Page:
Pacific Northwest Interagency Natural Areas Network

Welcome!!  The mission of the Pacific Northwest Interagency Natural Areas Network is to promote the establishment, use, and management of natural areas in Oregon and Washington.  The purpose of this website is to provide useful information to researchers, educators, managers, and others with an interest in natural area in support of this mission.  This website is also a repository for information collected as part of joint efforts among agencies actively participating on the network committee.

Silver Lake
Saddle Bag Mountain
Leslie Gulch
Tompson Clover
Hat Island
High Lakes

What are Natural Areas?

Natural areas are tracts of wildlands that serve as prime examples of distinct natural features and ecosystems.  They are established for three primary purposes—conservation, research, and education.  Natural areas are managed for their ecological processes, and in some cases, to help protect rare or threatened species.   Natural areas of the Pacific Northwest range in size from tens to thousands of acres.  The current regional network includes >580 sites, encompasses >1,450,000 acres, and is managed by 20 different agencies and organizations.  The network continues to grow with the formal designation of new natural areas each year. 

RNA map
View Map of Natural Areas


The conservation role of natural areas is becoming increasingly important given the continued loss of wildlands from degradation, fragmentation, and permanent conversion for other uses.  Natural areas help protect some of the most pristine ecosystems found in the region.  Sites within the network also serve as a foundation for several regional and global conservation strategies.  Collectively, the network is only eclipsed in size by wilderness and national parks for areas set aside to protect wildlands.
Criteria for selecting new natural areas are outlined in state heritage plans for both Oregon and Washington.  In addition, some agencies like the Forest Service and BLM review the need for establishing new natural areas as part of regular management plan revisions and updates.


Research conducted at natural areas has been critical to the understanding and resolution of important scientific, social, and economic issues across the region since the first PNW natural area was established in 1931.  Since then, numerous science publications have resulted from data collect on natural areas.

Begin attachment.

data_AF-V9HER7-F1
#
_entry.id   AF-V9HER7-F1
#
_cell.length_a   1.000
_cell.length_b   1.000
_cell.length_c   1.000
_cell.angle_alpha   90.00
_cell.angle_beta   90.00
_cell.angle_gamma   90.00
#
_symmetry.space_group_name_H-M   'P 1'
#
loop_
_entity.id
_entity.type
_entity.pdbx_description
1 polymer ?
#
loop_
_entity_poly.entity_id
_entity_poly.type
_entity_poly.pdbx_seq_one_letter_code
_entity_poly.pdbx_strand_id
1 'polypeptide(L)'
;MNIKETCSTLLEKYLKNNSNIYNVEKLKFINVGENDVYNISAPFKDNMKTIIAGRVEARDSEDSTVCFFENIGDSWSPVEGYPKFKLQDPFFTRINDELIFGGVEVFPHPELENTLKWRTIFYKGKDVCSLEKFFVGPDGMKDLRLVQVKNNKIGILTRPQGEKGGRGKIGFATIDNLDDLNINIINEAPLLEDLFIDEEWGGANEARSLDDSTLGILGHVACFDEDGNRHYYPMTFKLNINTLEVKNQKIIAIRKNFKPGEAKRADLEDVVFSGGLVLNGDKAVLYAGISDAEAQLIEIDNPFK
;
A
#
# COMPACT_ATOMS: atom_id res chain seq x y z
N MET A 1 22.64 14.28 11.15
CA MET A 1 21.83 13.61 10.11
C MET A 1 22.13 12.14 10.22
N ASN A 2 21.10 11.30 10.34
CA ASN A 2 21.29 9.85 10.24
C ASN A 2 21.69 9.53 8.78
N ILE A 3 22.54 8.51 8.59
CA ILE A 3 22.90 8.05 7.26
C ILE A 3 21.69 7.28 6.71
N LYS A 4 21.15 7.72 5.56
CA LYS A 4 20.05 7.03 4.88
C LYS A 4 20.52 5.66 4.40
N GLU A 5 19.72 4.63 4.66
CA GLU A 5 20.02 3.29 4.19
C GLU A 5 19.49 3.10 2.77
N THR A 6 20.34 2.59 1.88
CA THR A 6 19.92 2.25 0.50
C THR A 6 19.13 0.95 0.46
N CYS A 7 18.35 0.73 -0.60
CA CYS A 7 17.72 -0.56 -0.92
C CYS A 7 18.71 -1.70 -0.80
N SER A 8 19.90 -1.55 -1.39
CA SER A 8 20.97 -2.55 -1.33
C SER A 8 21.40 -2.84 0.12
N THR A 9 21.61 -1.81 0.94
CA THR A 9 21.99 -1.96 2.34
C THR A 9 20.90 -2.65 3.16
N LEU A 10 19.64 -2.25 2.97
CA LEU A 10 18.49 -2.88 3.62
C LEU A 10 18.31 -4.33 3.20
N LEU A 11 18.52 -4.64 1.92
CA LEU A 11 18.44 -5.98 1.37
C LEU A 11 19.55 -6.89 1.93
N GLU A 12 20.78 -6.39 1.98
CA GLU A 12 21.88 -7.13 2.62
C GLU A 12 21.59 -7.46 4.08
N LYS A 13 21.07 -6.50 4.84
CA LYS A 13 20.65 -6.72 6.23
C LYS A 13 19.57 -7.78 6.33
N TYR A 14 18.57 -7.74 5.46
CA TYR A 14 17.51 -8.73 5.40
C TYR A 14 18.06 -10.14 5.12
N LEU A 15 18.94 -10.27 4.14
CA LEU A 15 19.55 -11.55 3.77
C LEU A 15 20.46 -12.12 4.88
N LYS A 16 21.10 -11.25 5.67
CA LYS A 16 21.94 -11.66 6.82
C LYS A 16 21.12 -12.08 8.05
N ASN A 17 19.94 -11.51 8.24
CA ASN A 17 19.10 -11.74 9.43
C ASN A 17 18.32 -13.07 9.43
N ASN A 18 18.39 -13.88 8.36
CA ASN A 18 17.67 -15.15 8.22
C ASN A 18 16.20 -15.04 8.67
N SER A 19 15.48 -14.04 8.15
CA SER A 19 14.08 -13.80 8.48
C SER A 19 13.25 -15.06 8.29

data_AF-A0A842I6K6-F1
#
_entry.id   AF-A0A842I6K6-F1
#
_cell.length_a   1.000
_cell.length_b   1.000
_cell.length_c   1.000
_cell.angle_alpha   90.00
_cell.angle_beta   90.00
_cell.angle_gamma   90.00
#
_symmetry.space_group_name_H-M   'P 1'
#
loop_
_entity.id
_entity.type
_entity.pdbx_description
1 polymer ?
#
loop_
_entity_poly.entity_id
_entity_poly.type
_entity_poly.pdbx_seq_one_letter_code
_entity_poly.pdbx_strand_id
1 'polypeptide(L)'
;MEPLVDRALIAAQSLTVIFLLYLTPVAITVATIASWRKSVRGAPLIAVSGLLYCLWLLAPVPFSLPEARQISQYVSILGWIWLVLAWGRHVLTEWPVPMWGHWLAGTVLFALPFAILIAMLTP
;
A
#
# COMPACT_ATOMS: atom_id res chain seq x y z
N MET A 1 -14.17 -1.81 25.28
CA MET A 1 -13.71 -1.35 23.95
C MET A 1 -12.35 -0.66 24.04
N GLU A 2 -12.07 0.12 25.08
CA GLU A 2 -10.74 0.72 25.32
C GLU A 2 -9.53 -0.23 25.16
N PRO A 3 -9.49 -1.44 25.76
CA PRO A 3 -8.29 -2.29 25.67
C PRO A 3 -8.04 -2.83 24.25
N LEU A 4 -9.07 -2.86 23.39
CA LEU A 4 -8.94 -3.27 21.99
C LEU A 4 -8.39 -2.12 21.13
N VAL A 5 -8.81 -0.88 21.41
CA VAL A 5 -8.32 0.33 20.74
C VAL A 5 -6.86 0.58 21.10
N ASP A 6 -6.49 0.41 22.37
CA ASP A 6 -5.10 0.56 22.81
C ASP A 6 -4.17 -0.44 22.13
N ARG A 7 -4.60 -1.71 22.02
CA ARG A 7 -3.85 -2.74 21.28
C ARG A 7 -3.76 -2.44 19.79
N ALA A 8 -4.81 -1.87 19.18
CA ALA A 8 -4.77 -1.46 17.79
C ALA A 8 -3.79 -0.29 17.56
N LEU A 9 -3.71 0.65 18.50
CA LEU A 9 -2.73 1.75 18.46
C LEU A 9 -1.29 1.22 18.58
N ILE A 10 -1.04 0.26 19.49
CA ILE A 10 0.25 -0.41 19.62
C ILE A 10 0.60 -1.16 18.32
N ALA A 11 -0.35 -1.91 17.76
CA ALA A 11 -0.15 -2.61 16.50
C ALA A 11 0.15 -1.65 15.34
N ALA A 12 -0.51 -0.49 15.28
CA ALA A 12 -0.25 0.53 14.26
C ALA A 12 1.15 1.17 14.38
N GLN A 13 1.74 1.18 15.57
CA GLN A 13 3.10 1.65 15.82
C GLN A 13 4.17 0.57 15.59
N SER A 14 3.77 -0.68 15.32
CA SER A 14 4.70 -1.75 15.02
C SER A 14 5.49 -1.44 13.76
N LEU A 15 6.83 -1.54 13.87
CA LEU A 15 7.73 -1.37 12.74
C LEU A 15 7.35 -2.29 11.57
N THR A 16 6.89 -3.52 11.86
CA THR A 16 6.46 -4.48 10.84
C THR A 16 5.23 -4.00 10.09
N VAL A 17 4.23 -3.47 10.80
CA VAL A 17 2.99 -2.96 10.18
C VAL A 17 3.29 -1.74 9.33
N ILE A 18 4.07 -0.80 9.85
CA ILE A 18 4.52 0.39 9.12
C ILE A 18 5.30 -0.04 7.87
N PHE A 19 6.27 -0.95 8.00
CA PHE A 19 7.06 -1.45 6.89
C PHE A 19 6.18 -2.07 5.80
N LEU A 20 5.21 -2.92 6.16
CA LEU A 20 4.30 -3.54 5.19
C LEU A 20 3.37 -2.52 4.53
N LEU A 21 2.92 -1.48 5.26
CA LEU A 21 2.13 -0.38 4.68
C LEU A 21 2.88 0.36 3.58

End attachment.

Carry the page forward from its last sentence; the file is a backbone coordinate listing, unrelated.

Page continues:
There are several characteristics that make the natural areas network especially attractive for research:

  1. They are geographically well-distributed throughout the region (click here to see map);
  2. Collectively, they represent almost the entire gradient of natural biophysical environments found in the Pacific Northwest;
  3. The biological diversity contained within natural areas allows for study at all hierarchical levels, from genes to individual organisms to complete communities and ecosystems;
  4. As relatively pristine sites, natural areas can be used as controls for nearby field experiments and well as benchmarks for measuring the effects of management activities; and
  5. Most natural areas are permanently designated allowing for long-term study of natural ecological processes and change.  In fact, the natural areas network may be the best collection of sites for studying long-term effects of climate change given its ecological depth and distribution.  

Each agency has its own policy for conducting research on natural areas.  Procedures for several of the agencies can be found here.


Educational activities associated with natural areas help connect people with nature and promote understanding of ecology and conservation.  Natural areas are available for educational use by university and school groups, native plant societies, and other organizations interested in learning about natural ecosystems.  Individuals or groups interested in conducting educational activities on a natural area should contact the managing agency or organization for any policies regarding educational use.